Administrative Management Theory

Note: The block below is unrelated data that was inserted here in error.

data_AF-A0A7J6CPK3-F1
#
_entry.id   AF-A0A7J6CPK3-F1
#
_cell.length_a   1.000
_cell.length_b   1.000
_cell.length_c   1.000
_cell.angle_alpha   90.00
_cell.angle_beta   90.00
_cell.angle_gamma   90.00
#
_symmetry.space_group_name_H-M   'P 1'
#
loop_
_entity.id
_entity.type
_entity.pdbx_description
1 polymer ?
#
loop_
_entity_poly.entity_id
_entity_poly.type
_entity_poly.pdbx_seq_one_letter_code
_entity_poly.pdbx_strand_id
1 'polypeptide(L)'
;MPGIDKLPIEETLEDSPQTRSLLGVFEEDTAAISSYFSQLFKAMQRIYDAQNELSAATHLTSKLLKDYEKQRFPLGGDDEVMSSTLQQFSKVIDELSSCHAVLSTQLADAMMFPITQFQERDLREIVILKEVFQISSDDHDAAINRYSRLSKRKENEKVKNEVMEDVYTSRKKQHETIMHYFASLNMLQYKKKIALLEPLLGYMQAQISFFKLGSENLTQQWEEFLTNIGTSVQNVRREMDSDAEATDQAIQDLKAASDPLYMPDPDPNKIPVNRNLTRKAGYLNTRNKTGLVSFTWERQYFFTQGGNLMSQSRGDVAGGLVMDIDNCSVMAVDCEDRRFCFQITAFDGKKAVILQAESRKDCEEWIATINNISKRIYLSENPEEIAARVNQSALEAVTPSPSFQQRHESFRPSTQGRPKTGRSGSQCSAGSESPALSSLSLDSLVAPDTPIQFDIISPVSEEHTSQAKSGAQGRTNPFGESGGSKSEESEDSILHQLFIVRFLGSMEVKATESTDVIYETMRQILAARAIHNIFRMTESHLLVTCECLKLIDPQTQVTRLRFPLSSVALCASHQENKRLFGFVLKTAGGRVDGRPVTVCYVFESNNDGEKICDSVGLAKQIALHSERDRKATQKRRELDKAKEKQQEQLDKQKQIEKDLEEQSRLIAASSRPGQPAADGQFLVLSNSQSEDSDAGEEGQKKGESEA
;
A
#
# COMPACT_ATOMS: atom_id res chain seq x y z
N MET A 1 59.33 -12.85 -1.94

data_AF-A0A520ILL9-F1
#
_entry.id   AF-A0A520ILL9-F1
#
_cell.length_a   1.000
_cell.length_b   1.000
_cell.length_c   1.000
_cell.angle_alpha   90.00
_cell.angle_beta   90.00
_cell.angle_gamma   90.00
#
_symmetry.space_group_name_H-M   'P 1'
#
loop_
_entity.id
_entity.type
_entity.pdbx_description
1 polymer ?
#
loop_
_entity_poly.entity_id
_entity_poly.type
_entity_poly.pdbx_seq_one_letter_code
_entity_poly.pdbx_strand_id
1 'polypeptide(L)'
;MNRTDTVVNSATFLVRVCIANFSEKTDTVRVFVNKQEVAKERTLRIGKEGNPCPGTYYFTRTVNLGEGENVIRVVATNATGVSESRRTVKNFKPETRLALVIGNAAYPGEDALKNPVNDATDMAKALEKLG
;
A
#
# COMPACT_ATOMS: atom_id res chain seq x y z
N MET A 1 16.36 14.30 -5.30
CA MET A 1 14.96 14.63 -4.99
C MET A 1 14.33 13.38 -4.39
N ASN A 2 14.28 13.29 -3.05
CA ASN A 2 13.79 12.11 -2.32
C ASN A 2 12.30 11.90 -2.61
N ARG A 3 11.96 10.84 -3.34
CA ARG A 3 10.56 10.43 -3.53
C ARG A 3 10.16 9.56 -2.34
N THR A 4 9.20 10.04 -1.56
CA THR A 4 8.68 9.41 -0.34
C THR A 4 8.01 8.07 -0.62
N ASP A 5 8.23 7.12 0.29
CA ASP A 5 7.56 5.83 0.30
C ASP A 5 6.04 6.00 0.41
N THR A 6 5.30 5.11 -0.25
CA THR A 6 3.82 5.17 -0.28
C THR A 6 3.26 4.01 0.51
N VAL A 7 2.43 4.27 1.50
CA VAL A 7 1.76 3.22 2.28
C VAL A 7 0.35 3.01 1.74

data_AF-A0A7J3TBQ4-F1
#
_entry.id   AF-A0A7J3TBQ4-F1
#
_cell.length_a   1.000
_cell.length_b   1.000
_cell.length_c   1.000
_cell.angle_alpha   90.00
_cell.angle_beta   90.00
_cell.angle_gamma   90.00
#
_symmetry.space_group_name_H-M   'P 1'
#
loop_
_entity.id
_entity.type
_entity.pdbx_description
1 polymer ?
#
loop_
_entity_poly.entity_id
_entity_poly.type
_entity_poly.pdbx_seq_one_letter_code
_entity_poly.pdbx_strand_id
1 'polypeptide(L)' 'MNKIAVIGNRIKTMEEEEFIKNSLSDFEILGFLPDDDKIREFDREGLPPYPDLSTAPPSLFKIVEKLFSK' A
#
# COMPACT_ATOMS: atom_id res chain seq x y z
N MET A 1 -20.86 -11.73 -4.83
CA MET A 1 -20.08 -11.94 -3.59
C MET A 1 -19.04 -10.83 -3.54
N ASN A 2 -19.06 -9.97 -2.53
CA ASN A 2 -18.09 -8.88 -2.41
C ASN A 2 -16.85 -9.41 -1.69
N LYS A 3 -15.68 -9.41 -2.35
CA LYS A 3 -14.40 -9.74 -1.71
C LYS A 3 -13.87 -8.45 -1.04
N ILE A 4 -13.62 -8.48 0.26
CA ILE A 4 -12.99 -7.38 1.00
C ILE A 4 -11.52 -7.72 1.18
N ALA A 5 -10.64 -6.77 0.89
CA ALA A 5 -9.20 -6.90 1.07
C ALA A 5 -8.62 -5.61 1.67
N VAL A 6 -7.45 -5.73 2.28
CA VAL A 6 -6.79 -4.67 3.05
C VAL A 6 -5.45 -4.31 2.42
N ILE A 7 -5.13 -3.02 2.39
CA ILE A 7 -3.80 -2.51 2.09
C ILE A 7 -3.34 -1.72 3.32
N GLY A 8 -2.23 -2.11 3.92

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Administrative Management TheoryMichelle N. ThomasBall State UniversityAbstractThis paper will examine the literature representing the administrative management theory, which emphasizes the historical era of the 1910s to 1930s. An introduction regarding the background and main points of the theory will be analyzed. It will discuss both the practical application of the theory and general theoretical ideas present in the literature. Commonalities between the literature will be identified. The implications of this theory will be addressed. The administrative management theory’s direct application to the practice of adult and community education programs will be analyzed. The primary scholars of this theory, Henri Fayol, James D. Mooney, Alan C. Reiley, and Luther Gulick, will be discussed according to their primary theoretical contributions. Administrative Management Theory IntroductionWhen analyzing the organization and management of adult/community education programs, it is essential to understand the theoretical background upon which these programs are developed. According to Tompkins (2005), having an understanding of theoretical perspectives can assist individuals in determining the factors that influence organizational performance, find out how these factors are interrelated, and determine how to effectively overcome problems, while achieving organizational goals. Understanding organizational theories can help one find new approaches for looking at organizational challenges and determining effective methods for pursuing change within an organization (Tompkins, 2005). The purpose of this paper is to explore the administrative management theory in relation to the primary points of the theory, the historical background of the theory’s development, the general themes identified in literature, and the practical implications of how this theory can be applied to adult and community education programs. Administrative Management Theory’s Primary PurposeThe primary purpose of the administrative management theory is to find a good balance between the structure of the administration and the mission of the organization. It emphasizes the importance of organizational effectiveness. According to this theory, administrative efficiency is improved when defined lines of authority are present and those at the top of administration have the most responsibility for the organization. Administrative efficiency is correlated with departments being divided by a clear separation of labor and administrators with the most responsibilities serving as organizational authority figures (Tompkins, 2005). The four primary scholars associated with the administrative management theory include Henri Fayol, James D. Mooney, Alan C. Reiley and Luther Gulick. Each of these important individuals have had a strong influence on the development of this theory. Rather than focusing on the “human factor,” these theorists emphasized structural variables. They thought that in order to obtain individual and organizational objectives, a well-developed administrative structure must be present (Tompkins, 2005). Historical BackgroundIt is important to examine the background of the administrative management theory to gain a historical perspective on how it has developed over time. According to Pindur and Rogers (1995), the oldest and most widely accepted school of thought in the field of management is called the “classical management movement.” Between 1885 and 1940, this movement evolved in order to provide a scientific and rational foundation for managing organizations. It originated when the Industrial Revolution caused individuals to come from working in small shops or homes to factories. Industrialization led to the need for efficiency in planning, organizing, and controlling/impacting work tasks (Pindur & Rogers, 1995). The classical management movement incorporated scientific management and general administrative management. While scientific management focused on employees as individuals and their specific work assignments, general administrative management emphasized total management organization. General administrative management is “considered the forerunner of modern organization theory” (p. 62). The general administrative management theory was created to develop a broader theory associated with administrative management functions (Pindur & Rogers, 1995). Administrative Management TheoristsHenri Fayol’s Theory of General Management Fayol’s idea of establishing the first general theory of management was developed as a result of his belief that it was essential for managers to have a set of principles to guide their management. He developed his ideas when public and private institutions were growing, which led to a need for management positions. Research-based knowledge was needed to help the field of management develop. His primary piece of literature entitled, General and Industrial Management, was published in French in 1916 and in English in 1949. His theory incorporates four components which include organizational activities, management functions, administrative principles, and methods for putting principles into operation (Tompkins, 2005). Fayol distinguished a difference between “governing” and “managing” an organization. He established six types of activities within governing an organization. Managerial activities incorporate only one of these six aspects. Five other activities relate to industrial concerns. Technical activities involve the production of goods and services, while the commercial activities pertain to buying and selling. Financial activities are associated with raising and expending capital, while the security activities relate to the protection of property and individuals. Accounting activities concern the tracking of profit and losses. These activities may vary in how they are addressed according to the specific type of organization. Fayol believed that although all of these activities are essential, management serves as the foundation open which all of the other activities are implemented to achieve organizational objectives (Tompkins, 2005). According to Fayol, five functions are incorporated into management. The first is “planning,” which is predicting future events/trends that could influence the organization and utilizing this information to impact the organization’s action plan. It involves effectively using resources to meet the organizational objectives. The next function, “organizing,” incorporates both material and human structural components. It involves aspects such as establishing a hierarchy or authority and dividing tasks among workers. “Commanding” is another component that involves providing direction to the organization to emphasize organizational objectives. It includes components such as communicating goals and discharging workers who are incompetent. “Coordinating,” another function, involves “unifying and harmonizing all activity and effort” (p.99). This means that every worker is assigned a task, every area has a specific function, and the contributions of each individual and unit work together to meet the objectives of the organization. “Controlling” involves ensuring that conformity is present in relation to established plans, rules, schedules, and directives. According to Fayol, any supervisor, no matter what their level, should strive to encourage these functional responsibilities in order to achieve organizational success (Tompkins, 2005). Fayol developed 14 administrative principles to provide a form of guidance for managers in any type of organization. The purpose was not to provide universal solutions to managerial issues. He emphasized flexibility and adaptation in relation to each of these principles based on the specific situation. According to Sheldrake (1996), the principles are as follows: Division of work-“to produce more and better work with the same effort” (p.48)Authority-“the right to give orders and the power to exact obedience” (p.49)Discipline-“in essence, obedience, application, energy, behavior and outward marks of respect observed in accordance with standing agreements between the firm and its employers” (p.49) Unity of command-“an employee should receive orders from one superior only” (p.49)Unity of direction-“one head and one plan for a group of activities having the same objective” (p.50)Subordination of individual interest to general interest-“calls to mind the fact that in a business, the interest of one employee or group of employees should not prevail over that of the concern” (p.50)Remuneration of Personnel-“the price of services rendered” (p.50)Centralization-“like division of work…belongs to the natural order” (p.51)Scalar chain-“the chain of superiors ranging from the ultimate authority to the lowest ranks” (p.51)Order-“a place for everything and everything in its place” (p.51)Equity-“the combination of justice and kindliness” (p.52)Stability of tenure of personnel-“personnel planning, management development, and labour turnover” (p.52)Initiative-“power to conceive a plan and ensure its success” (p.52)Esprit de corps-“building and maintain of harmony among the workforce” (p.52) Fayol’s administrative methods emphasize managers creating an administrative apparatus to develop administrative principles. The purpose is to keep the organization focused on its mission and continuous improvements. He valued a survey to determine the organization’s history, resources/needs, and political/economic/cultural circumstances that could influence the future of the organization. Surveys also predict future events that could influence the various areas of the organization. The action plan is developed to direct the organization and its objectives, including how these objectives plan to be met. According to Fayol, statistical reports, minutes, and the organization chart are all beneficial. Statistical reports allow managers to decide whether the plan is being successfully implemented and its defined objectives met. Minutes serve as the record keeping system of meetings in order to establish coordination. The organization chart develops a hierarchy of units, defining the functions responsible for each unit, and specifying who reports to whom (Tompkins, 2005). James D. Mooney and Alan C. Reiley’s Theory of Organization James D. Mooney and Alan C. Reiley are also contributors to the administrative management theory. Although Fayol’s 14 principles dealt with psychological, behavioral, and structural issues, the primary focus in the U.S. needed to focused more specifically on organizational structure. Their primary piece of literature is entitled Onward Industry! The Principles of Organization and Their Significance to Modern Industry, which was published in 1931. They emphasized the importance of organizational structure being governed by universal principles. According to Mooney and Reiley, orderly correlation of these principles would lead to more efficient applicability to all areas of collective human effort. They created three universal principles: coordinative, scalar, and functional (Tompkins, 2005). The coordinative principle, known as the master principle, involves an organization coordinating the tasks of multiple workers in order to accomplish their organizational objectives. According to Mooney and Reiley, authority figures should be responsible for coordinating power. This is done by managing formal authority up and down the chain of command (Tompkins, 2005). The scalar principle refers to the principle of hierarchy, which was a term first utilized by Fayol. Tasks are assigned based on levels of authority arranged vertically in the organization. It is created by delegating, which entails authority from a higher official to a lower official. According to these two theorists, a true leader should be distinguished based on their method of delegation. According to Mooney and Reiley, “The subordinate is always responsible to his immediate supervisor for doing the job, the superior remains responsible for getting it done, and this same relationship, based on coordinated responsibility, is repeated up to the top leader, whose authority makes him responsible for the whole” (p. 104). These theorists emphasized a principle governing the superior-subordinate relationship identified as the “exception principle.” It states, “Subordinates should refer only the few unusual and difficult problems to their superiors while handling all easy and routine problems themselves” (p. 105). Frederick Taylor, another theorist, is associated with favoring this exception principle (Tompkins, 2005). According to Mooney and Reiley, the functional principle focuses on horizontal differences based on types of tasks. It identifies the method of each individual’s work duties and how they contribute to the organization’s goals. One area of functional differentiation is the line and staff principle, which “refers to the creation of staff units to advise or support line authorities in the performance of their duties” (p.105). They emphasized that staff units should not be delegated to command authority over the line units. Although they were not familiar with Fayol’s work, they developed some similar ideas. They both believed that “coordination, hierarchy, and functional differentiation may be universal principles but their application is not” (p.106). These theorists emphasized how principles should never be responsible for solving all of the issues present in an organization (Tompkins, 2005). Luther Gulick’s Administrative Management Theory Luther Gulick is known for applying administrative principles to government. In the early 1900s, the movement to reform the government structure and utilize business methods in public administration was initiated, which had a great influence on Gulick’s role. Although Fayol, Mooney, and Reiley had some great theoretical contributions, Gulick expand upon their basic theoretical framework and added his own conceptual distinctions. One example is his idea that government agencies can be departmentalized based on the process, individuals, place, or purpose. He emphasized the importance of chief executives implementing closer supervision over administrative departments than the heads of holding companies. He also saw a larger need for coordinating due to a greater level of interaction between government departments than between corporate divisions. According to Gulick, all organizations should divide labor no matter what their size or level of complexity. He analyzed how coordination can be accomplished through applying the functional and scalar principle. He emphasized departmentalization, which describes the scalar principle. It is presented by an organization chart demonstrating the level of control each manager has and describes reporting within the organizational hierarchy (Tompkins, 2005). Gulick thought that an organization’s design should be developed by various principles. The span of control principle states, “The number of individuals reporting to a superior should be limited to the number he or she can supervise effectively, given limited time and energy” (p. 110). He pointed out that there is not one correct span of control for all superior-subordinate relationships. Gulick also valued the unity of command principle, which is when each worker takes orders from one superior. He emphasized the homogeneity principle which states, “Work should be divided so that the work of a single organizational unit is as homogeneous in character as possible” (p.110). He valued he line-staff principle; however, he disagreed with the traditional definition that staff agencies are made to guide line agencies and are never allowed to give commands (Tompkins, 2005). Administrative Management Principles: Practical Application in Literature“Forum: New Perspectives in Public Administration” Two practical applications of the administrative management theory will be presented, which will analyze how theory can be applied to practice. General theoretical ideas from literature will also be discussed. It will follow with some general themes present in the literature both in relation to practical application and theoretical components. In this first article related to a practical application of the administrative management theory, Pablo Freire’s ideas of education were applied to public administration leadership. They emphasized deliberation, dialogue, and humanization through conflict. Community mediation was a topic of focus. One of Freire’s main points emphasized in this article is equity, which aligns with Fayol’s principle of equity (Salm & Ordway, 2010). The authors discussed how Freire emphasized the importance of leaders in the public sector facilitating a community of peace, democracy, and true equity (Salm & Ordway, 2010). Equity refers to the influence of being treated kind and fair, leading to the retention of dedicated and honest employees (Tompkins, 2005). Freire valued collaboration between individuals to overcome workplace conflicts (Salm & Ordway, 2010). The administrative management theory emphasizes a scalar chain where communication takes place from the highest to lowest levels of authority. Therefore, superiors in an organization are going to be primary decision makers, according to the administrative management theory (Tompkins, 2005). However, according to Freire, collaboration should take place between all individuals in an organization (Salm & Ordway, 2010). “The Changing Attitude of The National Coal Board to Line and Staff”According to Tompkins (2005), Mooney and Reiley’s line and staff principle refers to “the creation of staff units to advise or support line authorities in the performance of their duties” (p. 105). The National Coal Board utilized the line and staff principle and took the initiative to analyze how it was being implemented in practice (Nelson, 1966). The author emphasized the importance of implementing something as it was designed to be implemented. Although they were facing some issues regarding this principle in practice when this article was published; the author concluded two areas of focus upon which to move forward in the future. The first was both line and staff officials must occupy the key posts. Second, the character of the line and staff principle must be clearly understood (Nelson, 1966). The author analyzed how this principle in practice is more difficult and problem-raising than one would think. He attributed this to human deficiencies rather than the principle itself. He emphasized the importance of utilizing command authority, which is another primary component of the administrative management theory. A few additional issues addressed include issues in an organization related to a mutual lack of understanding, not enough real cooperation, and preoccupation with status. There was an emphasis on how too many individuals are focused on their own specialties and not the business as a whole (Nelson, 1966). This has a direct relationship with Fayol’s principle of subornation of individual interest to general interest. He believed that the interests of individuals in the organization cannot prevail over the interests of the organization as a whole. When addressing the line and staff principle, the unity of command is important to address (Tompkins, 2005). According to Nelson (1966), it is easy to violate the unity of command principle. It is difficult for an individual to have only one boss while also initiating the line and staff principle (Nelson, 1966). Administrative Management Principles: Theoretical Ideas in LiteratureAccepted Administrative Principles According to Simon (1997), there are four general principles that are present in the literature pertaining to the administrative management theory. They include administrative efficiency being increased when members of the organization are grouped (based on purpose, process, clientele, or place), specialize in a task, establish a hierarchy of authority, and create a limited span of control. The author emphasized how the primary purpose of the administrative theory is how an organization should be created and operated to work efficiently. There is a focus on meeting the most administrative objectives while also utilizing the least expenditures. Due to this, there is an association present in the literature that relates the administrative theory to the economic theory (Simon, 1997). Fayol and Administration Sheldrake (1996) incorporated various theoretical ideas in his work that are associated with Fayol. An analysis of the six types of activities (technical, commercial, financial, security, account, and managerial) are discussed that are addressed repeatedly in the literature associated with Fayol. Sheldrake (1996) gave an in-depth explanation of Fayol’s 14 principles. He included further details pertaining to each principle in comparison to most of the other literature that gives a basic description of each principle. Much of his detail is related to the historical perspective on how the principle was established. For example, when addressing the discipline principle, the author addressed elements of state intervention as a result of World War 1, which influenced the background on which this principle was founded. Finally, the elements of management (planning, organizing, commanding, coordinating, and controlling) and their descriptions were addressed, which aligned well with the other literature. Gulick’s “Notes on the Theory of Organization” According to Fitch (1996), Gulick is well-known for his essay entitled, “Notes on the Theory of Organization.” Gulick wrote this briefing paper, and then he and Lyndall Urwick included this paper in a collection of articles published under that well-known report entitled Papers on the Science of Administration. This collection included other theorists’ work such as Henri Fayol and Mary Parker Follett (Tompkins, 2005). In this essay, Gulick covered many important topics that are prevalent in literature pertaining to the administrative management theory. One of the primary ideas he incorporated that is fairly consistent across literature is the idea that specialized efforts need planning and coordination. Another commonality in the literature he presents is the emphasis on the importance of proper reporting. The last main consistency was his idea related to aggregating the work units and how they should be organized effectively so it does not disrupt the principle of homogeneity.General Themes from LiteratureWhen incorporating the practical application and the general theoretical ideas present in the literature, three primary themes can be identified. The first is the importance of the 14 principles established by Fayol and their practical applicability to management settings. The main point in the literature present with these 14 points is that the organization must be flexible and adaptable. They must utilize these principles in a way that helps them to best meet their unique organizational needs and goals. It is essential that mangers know that principles are not designed to help organizations overcome all of their issues. Their managerial style, organizational resources, etc. are all going to make a great impact on how issues will be resolved effectively and efficiently. The next primary theme identified in the literature pertaining to administrative management theory is the importance of a hierarchical authority system in an organization, which is a component within Fayol’s 14 principles. This theory emphasizes the benefits of knowing exactly who reports to whom within an organization and having clear defined lines of authority. In the literature, it is reiterated that authority figures in an organization have great responsibility over the organization as a whole. They are responsible for taking care of situations where workers are not completing their assigned duties; therefore, influencing effectiveness and efficiency. Finally, Fayols’ management functions (planning, organizing, commanding, coordinating, and controlling) were present in every piece of literature analyzed pertaining to this theory. Multiple pieces of literature place high value on these management functions. There was a consistent emphasis on how these functions can contribute to finding a good fit between administrative structure and organizational purpose. Although this paper analyzed this theory from an historical perspective, these functions are still present in organizations today. They serve as the foundation upon which the organization is structured. ImplicationsIt is important to incorporate theory into practice. Theories serve as the foundation upon which individuals generate new knowledge and ways of thinking about the world. The two articles discussed earlier identified specific practical applications of the administrative management theory in practice. The following section will analyze how the administrative management theory can be applied to the practice of organizing adult and community education programs. The administrative management theory has direct practical applicability to adult and community education programs, whether they are large or small, private or non-profit, simple or complex, etc. Every type of organization is going to need a governing body of administrators that coordinate the program. Even if it is a non-profit agency, for example, they typically have a board of directors that serve as administrators, holding roles such as making decisions pertaining to the budget. Every adult and community education program values reaching their organizational goals; therefore, incorporating administrative theoretical components will help each unique program achieve their purpose. Every adult and community education program values efficiency and effectiveness; therefore, representing goals of the administrative management theory. Utilizing this theory can help each program be effective and efficient, while still seeking to reach their organizational goals. There are many important decisions that take place in adult and community education settings; therefore, having a clear defined line of authority figures contributes to decisions being made efficiently and in an organized manner. According to Tompkins (2005), this theory helps to generate ideas including “how to centralize administrative direction and oversight without unduly constraining managerial discretion, how to delegate authority and responsibility to subordinates without losing control over their actions, whether reliance on formal authority provides an adequate basis for engaging and motivating employees, and to what extent managers should insist upon strict adherence to the formal chain of command” (p.123). This theory helps to promote coordination and control while also ensuring political accountability, which is a practical concern in present-day society. This theory has directly applicability to publish administration which is founded on the basis of law; therefore, structure is essential in holding those responsible for carrying out the law accountable for each of their actions (Tompkins, 2005). ConclusionThis paper has illustrated the great importance of theory and the practical application of theory in relation to the administrative management theory. Historical events, as well as theorists in the field, have contributed to the development of this theory over time. Through utilizing literature to understand the primary points of this theory, its practical application, and how it can be applied to adult and community education, it is evident that the administrative management theory has great value in its foundation upon which it was developed. Theories can serve as a powerful guide to action if effectively utilized by administrators. The administrative management theory has been effectively utilized by many organizations in order to help structure the organization for the purpose of obtaining organizational goals. ReferencesFitch, L.C.(1996). Making democracy work: The life and letters of Luther Halsey Gulick, 1892-1993. Berkeley, CA: Institute of Governmental Studies Press. Nelson, J.R. (1966). The changing attitude of The National Coal Board to ‘line and staff.’Journal of Management Studies, 3(1), 49-61. Retrieved from Pindur, F., Rogers, S.E., & Kim, P.S. (1995). The history of management: A global perspective. Journal of Management History, 1(1). 59-77. doi: , J., & Ordway, J.L. (2010). Forum: New perspectives in public administration. Administrative Theory & Praxis (M.E. Sharpe), 32(3), 438-444. doi: 10.2753/ATP1084-1806320310Sheldrake, J.(1996). Management theory: From Taylorism to Japanization. Boston, MA: International Thomson Business Press. Simon, H.A.(1997). Administrative behavior. New York, NY: The Free Press. Tompkins, J.R.(2005). Organization theory and public management. Belmont, CA: Wadsworth, Cengage Learning. ................